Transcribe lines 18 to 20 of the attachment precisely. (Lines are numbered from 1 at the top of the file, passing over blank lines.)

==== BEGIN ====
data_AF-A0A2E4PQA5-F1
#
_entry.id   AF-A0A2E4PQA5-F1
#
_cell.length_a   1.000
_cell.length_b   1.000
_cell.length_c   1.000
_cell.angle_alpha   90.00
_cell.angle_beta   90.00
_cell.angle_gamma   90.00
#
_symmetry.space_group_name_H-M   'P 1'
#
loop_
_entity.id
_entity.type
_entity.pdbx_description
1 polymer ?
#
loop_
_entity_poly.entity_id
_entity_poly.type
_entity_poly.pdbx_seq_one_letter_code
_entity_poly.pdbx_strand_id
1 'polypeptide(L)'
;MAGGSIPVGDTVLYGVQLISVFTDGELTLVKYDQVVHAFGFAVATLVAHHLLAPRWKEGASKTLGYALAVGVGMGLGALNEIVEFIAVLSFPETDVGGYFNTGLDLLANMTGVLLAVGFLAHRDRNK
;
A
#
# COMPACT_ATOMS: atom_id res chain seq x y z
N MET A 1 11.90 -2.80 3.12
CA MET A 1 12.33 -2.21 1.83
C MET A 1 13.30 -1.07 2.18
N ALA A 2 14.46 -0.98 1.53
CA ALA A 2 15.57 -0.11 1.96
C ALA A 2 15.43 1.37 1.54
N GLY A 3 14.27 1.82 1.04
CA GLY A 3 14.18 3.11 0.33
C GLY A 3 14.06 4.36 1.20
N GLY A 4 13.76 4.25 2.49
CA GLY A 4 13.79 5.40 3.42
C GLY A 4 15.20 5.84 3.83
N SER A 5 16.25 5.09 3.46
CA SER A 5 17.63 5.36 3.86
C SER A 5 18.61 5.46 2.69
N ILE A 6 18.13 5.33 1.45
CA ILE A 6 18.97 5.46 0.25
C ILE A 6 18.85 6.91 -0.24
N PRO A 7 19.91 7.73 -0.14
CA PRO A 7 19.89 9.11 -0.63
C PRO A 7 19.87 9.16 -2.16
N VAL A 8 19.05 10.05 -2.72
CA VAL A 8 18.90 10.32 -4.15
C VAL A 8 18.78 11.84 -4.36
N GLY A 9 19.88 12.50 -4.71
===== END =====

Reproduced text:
1 polymer ?
#
loop_